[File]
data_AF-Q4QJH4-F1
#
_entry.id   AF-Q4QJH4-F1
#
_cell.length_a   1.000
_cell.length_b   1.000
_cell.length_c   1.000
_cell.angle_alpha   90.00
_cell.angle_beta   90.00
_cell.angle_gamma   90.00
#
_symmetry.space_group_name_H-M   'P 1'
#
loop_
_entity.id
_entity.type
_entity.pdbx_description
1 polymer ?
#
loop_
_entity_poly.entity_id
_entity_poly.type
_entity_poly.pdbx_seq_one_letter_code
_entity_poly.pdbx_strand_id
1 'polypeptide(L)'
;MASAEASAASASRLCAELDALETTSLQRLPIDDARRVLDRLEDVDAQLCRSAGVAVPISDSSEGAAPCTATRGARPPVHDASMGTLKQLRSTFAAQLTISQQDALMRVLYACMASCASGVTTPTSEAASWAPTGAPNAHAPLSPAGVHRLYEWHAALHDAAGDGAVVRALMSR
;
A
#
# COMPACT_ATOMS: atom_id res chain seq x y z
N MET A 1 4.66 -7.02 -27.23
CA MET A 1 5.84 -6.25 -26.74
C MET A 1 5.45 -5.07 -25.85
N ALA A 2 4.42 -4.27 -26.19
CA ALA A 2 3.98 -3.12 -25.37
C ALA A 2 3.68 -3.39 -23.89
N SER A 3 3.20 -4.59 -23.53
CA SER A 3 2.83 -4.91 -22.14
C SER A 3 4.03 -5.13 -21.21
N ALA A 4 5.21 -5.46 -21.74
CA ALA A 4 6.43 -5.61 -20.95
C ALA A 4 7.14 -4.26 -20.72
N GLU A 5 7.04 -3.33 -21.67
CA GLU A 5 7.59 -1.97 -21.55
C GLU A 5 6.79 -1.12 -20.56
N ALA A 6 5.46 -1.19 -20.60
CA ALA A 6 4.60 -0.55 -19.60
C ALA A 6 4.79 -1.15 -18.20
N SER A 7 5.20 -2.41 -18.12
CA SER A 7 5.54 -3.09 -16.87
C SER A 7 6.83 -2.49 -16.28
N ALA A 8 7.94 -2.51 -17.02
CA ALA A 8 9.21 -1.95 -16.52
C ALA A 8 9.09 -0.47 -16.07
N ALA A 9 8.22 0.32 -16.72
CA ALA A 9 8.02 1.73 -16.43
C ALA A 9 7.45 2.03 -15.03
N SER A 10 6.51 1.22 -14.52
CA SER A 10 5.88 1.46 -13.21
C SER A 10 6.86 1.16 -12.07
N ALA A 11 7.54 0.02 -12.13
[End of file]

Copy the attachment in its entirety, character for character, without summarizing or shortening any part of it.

data_AF-Q4QJH4-F1
#
_entry.id   AF-Q4QJH4-F1
#
_cell.length_a   1.000
_cell.length_b   1.000
_cell.length_c   1.000
_cell.angle_alpha   90.00
_cell.angle_beta   90.00
_cell.angle_gamma   90.00
#
_symmetry.space_group_name_H-M   'P 1'
#
loop_
_entity.id
_entity.type
_entity.pdbx_description
1 polymer ?
#
loop_
_entity_poly.entity_id
_entity_poly.type
_entity_poly.pdbx_seq_one_letter_code
_entity_poly.pdbx_strand_id
1 'polypeptide(L)'
;MASAEASAASASRLCAELDALETTSLQRLPIDDARRVLDRLEDVDAQLCRSAGVAVPISDSSEGAAPCTATRGARPPVHDASMGTLKQLRSTFAAQLTISQQDALMRVLYACMASCASGVTTPTSEAASWAPTGAPNAHAPLSPAGVHRLYEWHAALHDAAGDGAVVRALMSR
;
A
#
# COMPACT_ATOMS: atom_id res chain seq x y z
N MET A 1 4.66 -7.02 -27.23
CA MET A 1 5.84 -6.25 -26.74
C MET A 1 5.45 -5.07 -25.85
N ALA A 2 4.42 -4.27 -26.19
CA ALA A 2 3.98 -3.12 -25.37
C ALA A 2 3.68 -3.39 -23.89
N SER A 3 3.20 -4.59 -23.53
CA SER A 3 2.83 -4.91 -22.14
C SER A 3 4.03 -5.13 -21.21
N ALA A 4 5.21 -5.46 -21.74
CA ALA A 4 6.43 -5.61 -20.95
C ALA A 4 7.14 -4.26 -20.72
N GLU A 5 7.04 -3.33 -21.67
CA GLU A 5 7.59 -1.97 -21.55
C GLU A 5 6.79 -1.12 -20.56
N ALA A 6 5.46 -1.19 -20.60
CA ALA A 6 4.60 -0.55 -19.60
C ALA A 6 4.79 -1.15 -18.20
N SER A 7 5.20 -2.41 -18.12
CA SER A 7 5.54 -3.09 -16.87
C SER A 7 6.83 -2.49 -16.28
N ALA A 8 7.94 -2.51 -17.02
CA ALA A 8 9.21 -1.95 -16.52
C ALA A 8 9.09 -0.47 -16.07
N ALA A 9 8.22 0.32 -16.72
CA ALA A 9 8.02 1.73 -16.43
C ALA A 9 7.45 2.03 -15.03
N SER A 10 6.51 1.22 -14.52
CA SER A 10 5.88 1.46 -13.21
C SER A 10 6.86 1.16 -12.07
N ALA A 11 7.54 0.02 -12.13